In 1974, 80% of Japanese children were receiving the vaccine for whooping cough. As a result, there were only 393 cases of whopping cough and no deaths. In the following years the vaccine seemed less important. After all whooping cough wasn’t really that much of a threat. The immunization rates dropped until only 10% of Japanese children were vaccinated.
The result: In 1979, more than 13,000 people in Japan got whooping cough and 41 died. The reason for the outbreak was the lack of “herd immunity.” The success of mass immunization programs hinges on getting a high percentage of individuals inoculated. When a parent fails to immunize a child or you fail to get a flu shot, to some degree, you jeopardize the entire herd.
The concept of herd immunity applies to the leadership of organizations as well. Consider these two scenarios:
A. The organization sponsors 20 different programs and involves 25 people in each. (Think university catalogue and small classes.)
B. The organization sponsors a single and more powerful program and 500 managers participate out of 700 potential attendees.
Which will have the greatest impact? Yes, it is probably obvious that the later solution is best. Yet year after year we see organizations make the choice to send only a select few through a leadership program, or to let everyone pick the one thing they’d like to spend their development dollars on from a menu of options. Then they are surprised when the organization doesn’t change or improve. If organization’s focus is on only 20 people out of 500, there is minimal cultural impact and only the 20 individuals will benefit. You cannot save the herd if you train (immunize) only 4% of your team.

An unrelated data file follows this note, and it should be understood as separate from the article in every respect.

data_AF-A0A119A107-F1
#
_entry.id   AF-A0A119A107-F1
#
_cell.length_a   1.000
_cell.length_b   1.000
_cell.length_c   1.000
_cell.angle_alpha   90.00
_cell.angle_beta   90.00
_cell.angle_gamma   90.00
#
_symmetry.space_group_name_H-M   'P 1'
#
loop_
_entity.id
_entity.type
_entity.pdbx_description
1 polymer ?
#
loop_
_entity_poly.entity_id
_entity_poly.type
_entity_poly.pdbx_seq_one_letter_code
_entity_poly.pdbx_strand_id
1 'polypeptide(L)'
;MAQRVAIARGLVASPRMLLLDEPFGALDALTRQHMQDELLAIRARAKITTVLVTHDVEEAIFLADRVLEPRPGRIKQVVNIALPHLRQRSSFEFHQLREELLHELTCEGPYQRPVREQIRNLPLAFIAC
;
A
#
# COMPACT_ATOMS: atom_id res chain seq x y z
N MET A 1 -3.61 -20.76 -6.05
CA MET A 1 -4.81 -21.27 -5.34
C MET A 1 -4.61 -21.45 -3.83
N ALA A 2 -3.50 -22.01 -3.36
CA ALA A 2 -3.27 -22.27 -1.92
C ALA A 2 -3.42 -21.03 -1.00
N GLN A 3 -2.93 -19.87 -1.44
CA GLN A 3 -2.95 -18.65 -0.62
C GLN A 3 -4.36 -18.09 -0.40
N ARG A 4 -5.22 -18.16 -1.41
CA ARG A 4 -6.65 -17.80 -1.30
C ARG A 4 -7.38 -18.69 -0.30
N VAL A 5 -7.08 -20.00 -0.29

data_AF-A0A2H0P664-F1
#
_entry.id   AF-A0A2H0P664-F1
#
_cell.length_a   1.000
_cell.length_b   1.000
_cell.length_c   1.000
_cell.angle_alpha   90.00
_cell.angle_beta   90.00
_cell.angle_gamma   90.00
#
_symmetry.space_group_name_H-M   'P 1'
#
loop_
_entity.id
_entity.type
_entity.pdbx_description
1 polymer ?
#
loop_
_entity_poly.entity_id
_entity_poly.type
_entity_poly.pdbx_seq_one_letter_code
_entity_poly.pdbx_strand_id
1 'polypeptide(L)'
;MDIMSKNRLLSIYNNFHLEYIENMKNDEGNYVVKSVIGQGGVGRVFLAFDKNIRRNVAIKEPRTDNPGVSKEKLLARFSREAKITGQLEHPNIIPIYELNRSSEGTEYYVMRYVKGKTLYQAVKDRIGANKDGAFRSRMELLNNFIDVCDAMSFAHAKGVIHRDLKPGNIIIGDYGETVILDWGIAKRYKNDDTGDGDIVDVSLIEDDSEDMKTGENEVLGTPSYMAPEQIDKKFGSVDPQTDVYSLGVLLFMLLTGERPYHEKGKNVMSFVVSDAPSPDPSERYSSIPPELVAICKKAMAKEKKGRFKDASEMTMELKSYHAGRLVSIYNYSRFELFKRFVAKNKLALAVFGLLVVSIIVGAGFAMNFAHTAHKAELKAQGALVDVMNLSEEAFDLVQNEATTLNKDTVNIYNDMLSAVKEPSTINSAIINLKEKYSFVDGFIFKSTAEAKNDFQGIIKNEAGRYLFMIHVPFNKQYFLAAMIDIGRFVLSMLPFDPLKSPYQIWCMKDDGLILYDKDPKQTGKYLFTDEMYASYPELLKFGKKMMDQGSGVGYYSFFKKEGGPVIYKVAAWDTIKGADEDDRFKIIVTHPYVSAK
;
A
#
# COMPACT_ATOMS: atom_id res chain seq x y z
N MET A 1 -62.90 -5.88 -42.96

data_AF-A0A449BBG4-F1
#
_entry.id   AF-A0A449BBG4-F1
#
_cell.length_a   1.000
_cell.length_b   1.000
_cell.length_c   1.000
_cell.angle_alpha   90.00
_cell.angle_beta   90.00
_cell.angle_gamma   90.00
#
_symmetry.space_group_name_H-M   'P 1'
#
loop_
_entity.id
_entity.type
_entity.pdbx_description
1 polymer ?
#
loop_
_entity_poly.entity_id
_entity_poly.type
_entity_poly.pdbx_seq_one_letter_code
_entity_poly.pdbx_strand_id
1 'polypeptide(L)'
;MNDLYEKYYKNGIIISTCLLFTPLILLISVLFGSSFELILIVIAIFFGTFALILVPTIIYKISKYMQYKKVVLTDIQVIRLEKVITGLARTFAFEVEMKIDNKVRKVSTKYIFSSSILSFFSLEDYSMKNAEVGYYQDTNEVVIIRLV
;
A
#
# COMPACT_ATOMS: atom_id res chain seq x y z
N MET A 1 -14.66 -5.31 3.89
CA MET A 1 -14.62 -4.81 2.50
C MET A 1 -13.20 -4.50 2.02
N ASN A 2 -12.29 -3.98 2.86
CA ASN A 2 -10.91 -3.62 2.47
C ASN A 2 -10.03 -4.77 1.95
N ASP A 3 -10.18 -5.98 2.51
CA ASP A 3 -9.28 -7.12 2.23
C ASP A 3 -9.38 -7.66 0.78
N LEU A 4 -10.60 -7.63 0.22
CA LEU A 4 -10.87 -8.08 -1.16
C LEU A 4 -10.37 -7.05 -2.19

Among the many leadership lessons of the late Peter Drucker, he confirmed that to enact a meaningful change, an organization needs to reach a minimum of a third of all managers, and ideally more than two thirds, to succeed. Yes, there are budgets to consider. Different departments may have differing needs, and there is always a shortage of time. So how can you spread the immunity? One of the ways to make a significant impact is to prepare a greater field of managers, and then to immerse them more deeply into their subordinates’ professional development plans.
In the graph below you can see the results of our company’s study on the impact of manager support of development. It indicates that 74% of employees who had a very supportive manage felt they had improved over a given time period, compared to only 33% of those with an unsupportive manager.
Prepared and supportive managers make for stronger and better executive leaders below. Bad habits, ineffective processes, gossip, laziness, lack of drive, dishonesty, and a culture that accepts mediocrity are only a few of the diseases that can effect an organization. But changing the behavior of a lucky few at the top of the organizational chart will do little to protect the rest of the herd. Every manager at every level can make a big difference in the inoculation and the protection of the herds they will lead.
Regardless of the program you choose (and some are clearly better than others), to achieve the results you are hoping for, be sure to enact your leadership development efforts consistently, apply them deeply, and measure them well.
This article was written by Jack Zenger from Forbes and was legally licensed through the NewsCred publisher network.